You’ve got two minutes with the Joint Committee on Finance of the Wisconsin Legislature, the committee tasked with the heavy lifting regarding the two-year budget proposed by Gov. Tony Evers.
What would you say to the committee? What would you say to Gov. Evers?
This week kicks off public hearings around the state, as the review process continues. The first hearing will be held Friday at University of Wisconsin-Whitewater. Budget listening sessions will also be held April 21 in Rhinelander, April 22 in Menomonie, with a final virtual listening session on April 28.
The state’s budget cycle starts on July 1, so ideally, a budget is signed and in place by the end of June. While we would all hope a budget can be passed in a timely manner, if all the parties involved can’t pass a budget by the end of June, the current budget protocols continue.
There’s not much to like and much to oppose in the governor’s offerings. A Feb. 17 WISN-12 story summed up, “The budget increases taxes over two years by about $1.6 billion and reduces them by about $590 million, for a net increase of around $1 billion.”
I commented several weeks ago after the governor’s address. More details became available as time progressed, and a nice summary was offered in a Feb. 16, WisPolitics review.
A number of non-fiscal policy items were included, to “require background checks on all firearm sales and creation of a red-flag gun law.” In the budget? In deference to the pot-loving crowd, Evers in once again proposing legalizing recreational marijuana.
For nearly a decade, farmers and manufacturers have benefitted from the now-fully implemented Manufacturing and Agriculture Credit. Evers is proposing to “restrict the credit for manufacturers to $300,000 per tax year. The change would raise an additional $487.4 million over the biennium.” This is a blow to industries both small and large racked by all the restrictions and limitations imposed this past year. Other costs like lumber have skyrocketed.
Evers once again fails to understand higher taxes and costs incurred by businesses will be passed on to consumers in the form of higher prices.
The governor’s budget allows counties to double their current sales tax. A Feb. 12 WTMJ-TV story reviewed details. “Wisconsin’s current sales tax is 5%. Under current law, counties have the ability to impose an increase of 0.5%. As of now, 68 of 72 counties have enacted the 0.5% county sales tax.” Evers’ budget proposal would allow counties to increase their own sales tax another 0.5%, and allow municipalities another 0.5%. Milwaukee Mayor Tom Barrett “applauded” Evers proposal. That could mean a sales tax of up to 6.5% total in those locations approving. The governor’s proposal would require any increases to be approved by local referendums.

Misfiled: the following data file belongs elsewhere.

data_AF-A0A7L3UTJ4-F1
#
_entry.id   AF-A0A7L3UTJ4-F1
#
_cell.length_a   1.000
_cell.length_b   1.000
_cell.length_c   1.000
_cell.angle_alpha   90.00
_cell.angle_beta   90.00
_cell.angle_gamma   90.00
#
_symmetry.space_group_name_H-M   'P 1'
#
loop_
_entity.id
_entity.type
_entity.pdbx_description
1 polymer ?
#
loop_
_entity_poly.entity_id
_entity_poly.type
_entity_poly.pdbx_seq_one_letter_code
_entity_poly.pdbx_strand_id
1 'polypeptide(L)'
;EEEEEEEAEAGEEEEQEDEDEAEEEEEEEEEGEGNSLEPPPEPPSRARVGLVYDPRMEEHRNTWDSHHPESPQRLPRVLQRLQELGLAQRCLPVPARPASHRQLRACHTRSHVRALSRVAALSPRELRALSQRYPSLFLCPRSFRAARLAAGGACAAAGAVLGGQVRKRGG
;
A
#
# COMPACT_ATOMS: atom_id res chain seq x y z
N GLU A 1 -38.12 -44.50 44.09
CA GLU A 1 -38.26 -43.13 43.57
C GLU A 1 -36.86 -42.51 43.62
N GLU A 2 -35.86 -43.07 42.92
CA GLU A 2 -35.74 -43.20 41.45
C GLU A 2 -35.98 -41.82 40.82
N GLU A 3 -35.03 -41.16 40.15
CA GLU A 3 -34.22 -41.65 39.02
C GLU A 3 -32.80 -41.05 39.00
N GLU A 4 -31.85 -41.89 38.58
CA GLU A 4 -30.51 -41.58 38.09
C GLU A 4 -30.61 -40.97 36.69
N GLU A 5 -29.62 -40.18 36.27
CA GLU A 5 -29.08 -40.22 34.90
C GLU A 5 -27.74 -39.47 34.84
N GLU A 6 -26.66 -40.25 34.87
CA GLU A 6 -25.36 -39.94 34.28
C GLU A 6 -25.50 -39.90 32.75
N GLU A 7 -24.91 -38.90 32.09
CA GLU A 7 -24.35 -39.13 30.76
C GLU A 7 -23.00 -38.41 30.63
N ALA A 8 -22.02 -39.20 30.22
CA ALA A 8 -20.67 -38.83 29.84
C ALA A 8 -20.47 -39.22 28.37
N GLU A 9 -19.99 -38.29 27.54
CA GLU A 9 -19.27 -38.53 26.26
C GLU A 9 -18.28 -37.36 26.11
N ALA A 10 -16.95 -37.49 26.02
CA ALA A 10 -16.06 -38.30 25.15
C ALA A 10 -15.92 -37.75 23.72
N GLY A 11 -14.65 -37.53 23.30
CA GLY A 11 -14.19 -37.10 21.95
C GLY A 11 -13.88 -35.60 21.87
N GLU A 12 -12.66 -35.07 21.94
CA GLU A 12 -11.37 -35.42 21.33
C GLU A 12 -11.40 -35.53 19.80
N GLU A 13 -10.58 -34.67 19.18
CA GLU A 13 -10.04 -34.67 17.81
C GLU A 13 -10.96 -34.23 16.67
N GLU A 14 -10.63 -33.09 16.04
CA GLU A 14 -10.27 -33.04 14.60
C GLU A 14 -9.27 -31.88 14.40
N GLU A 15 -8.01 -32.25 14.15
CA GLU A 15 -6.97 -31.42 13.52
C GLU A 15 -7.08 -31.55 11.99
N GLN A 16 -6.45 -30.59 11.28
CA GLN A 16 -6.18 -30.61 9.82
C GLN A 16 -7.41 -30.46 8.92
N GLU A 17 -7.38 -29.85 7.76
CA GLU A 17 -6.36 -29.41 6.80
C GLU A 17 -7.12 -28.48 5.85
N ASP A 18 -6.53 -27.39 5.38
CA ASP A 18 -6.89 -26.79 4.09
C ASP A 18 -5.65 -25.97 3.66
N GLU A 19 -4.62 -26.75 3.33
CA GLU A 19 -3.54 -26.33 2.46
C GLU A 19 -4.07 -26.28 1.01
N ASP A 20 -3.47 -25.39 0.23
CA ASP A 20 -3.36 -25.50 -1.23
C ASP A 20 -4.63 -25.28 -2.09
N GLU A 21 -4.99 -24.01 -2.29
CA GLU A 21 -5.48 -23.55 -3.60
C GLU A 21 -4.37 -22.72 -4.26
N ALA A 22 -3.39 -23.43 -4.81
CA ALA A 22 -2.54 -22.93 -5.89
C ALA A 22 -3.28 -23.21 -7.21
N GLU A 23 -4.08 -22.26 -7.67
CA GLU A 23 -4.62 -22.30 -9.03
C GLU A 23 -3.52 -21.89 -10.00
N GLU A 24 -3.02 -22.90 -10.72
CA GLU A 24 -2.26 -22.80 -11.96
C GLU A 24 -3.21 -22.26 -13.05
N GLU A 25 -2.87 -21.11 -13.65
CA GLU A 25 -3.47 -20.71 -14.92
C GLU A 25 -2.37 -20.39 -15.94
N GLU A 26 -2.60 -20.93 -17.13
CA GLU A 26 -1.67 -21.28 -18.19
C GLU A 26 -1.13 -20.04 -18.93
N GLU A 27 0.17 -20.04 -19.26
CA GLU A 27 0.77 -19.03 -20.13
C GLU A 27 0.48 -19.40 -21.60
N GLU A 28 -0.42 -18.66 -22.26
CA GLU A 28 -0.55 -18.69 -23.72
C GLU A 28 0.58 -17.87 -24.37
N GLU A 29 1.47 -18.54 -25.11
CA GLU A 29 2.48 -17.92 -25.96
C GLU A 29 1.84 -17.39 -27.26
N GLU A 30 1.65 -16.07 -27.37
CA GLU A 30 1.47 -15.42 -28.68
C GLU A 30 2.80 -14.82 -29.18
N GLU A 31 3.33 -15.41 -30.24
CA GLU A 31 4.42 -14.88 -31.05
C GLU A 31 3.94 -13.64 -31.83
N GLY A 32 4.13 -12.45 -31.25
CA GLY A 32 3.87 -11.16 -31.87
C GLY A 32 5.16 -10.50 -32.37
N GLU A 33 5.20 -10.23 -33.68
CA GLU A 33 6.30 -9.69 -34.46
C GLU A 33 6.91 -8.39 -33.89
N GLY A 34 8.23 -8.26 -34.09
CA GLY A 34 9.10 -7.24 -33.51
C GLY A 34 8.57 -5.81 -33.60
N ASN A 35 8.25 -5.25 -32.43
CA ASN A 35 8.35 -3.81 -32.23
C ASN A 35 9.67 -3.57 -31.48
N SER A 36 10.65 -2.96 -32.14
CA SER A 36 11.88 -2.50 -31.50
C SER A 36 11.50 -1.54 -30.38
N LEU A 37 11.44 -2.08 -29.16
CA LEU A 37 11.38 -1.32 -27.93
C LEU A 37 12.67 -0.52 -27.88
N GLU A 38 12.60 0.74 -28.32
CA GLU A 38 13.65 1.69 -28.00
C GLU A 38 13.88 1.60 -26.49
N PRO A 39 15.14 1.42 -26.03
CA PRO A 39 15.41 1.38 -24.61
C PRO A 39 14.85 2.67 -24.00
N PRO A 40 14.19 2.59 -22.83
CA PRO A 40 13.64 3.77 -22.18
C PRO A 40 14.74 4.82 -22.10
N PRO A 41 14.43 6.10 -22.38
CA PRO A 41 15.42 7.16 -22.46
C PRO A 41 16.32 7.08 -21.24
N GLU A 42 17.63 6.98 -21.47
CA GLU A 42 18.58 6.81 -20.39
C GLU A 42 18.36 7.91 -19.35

Sales taxes are very regressive, meaning those earning lower incomes pay a disproportionate share of the taxes. Lower income earners spend a larger percentage of their disposable income, therefore having a larger proportion of their purchases subjected to sales taxes. If you’re looking for a way to generate more revenue from those with less, a sales tax is a good way to do it. I staunchly oppose this passing of the buck, quite literally, by Evers.
Evers, the former State Superintendent of Schools, is proposing a big increase in public school spending totaling $1.6 billion, while he proposes freezing enrollment in all the choice programs. He wants to complete the return to the “two-thirds” funding from the state which started under Gov. Tommy Thompson, and as many Democrats seem to forget, was abandoned in the first budget from former Gov. Jim Doyle. The WPR broadcast of Feb. 16, also mentioned “Evers was proposing the largest overall increase in university spending in the past two decades.”
There is so much more not to like about the nearly 10% overall increase in spending over the next two years, it will be a great challenge to fit it all into two minutes. We simply can’t afford all this new spending, particularly in light of all the challenges faced by both individuals and businesses in this past year.
Fortunately, our swath of South Central Wisconsin is well represented on the JCF, starting with Assembly Chairman Mark Born of Beaver Dam, and Senate Chairman Howard Marklein of Spring Green.
As with the first Evers budget, this proposal will likely be torn apart by Republicans and replaced by a proposal that both Democrats and Republicans can embrace to move the state toward more robust recovery and growth by limiting the growth of government spending and taxation. Talking to the committee would be two minutes you’d never forget.
Scott Frostman lives in Baraboo, and has roots throughout Wisconsin. Opinions herein are exclusively his own. He believes anyone can make a difference and can be reached at email@example.com.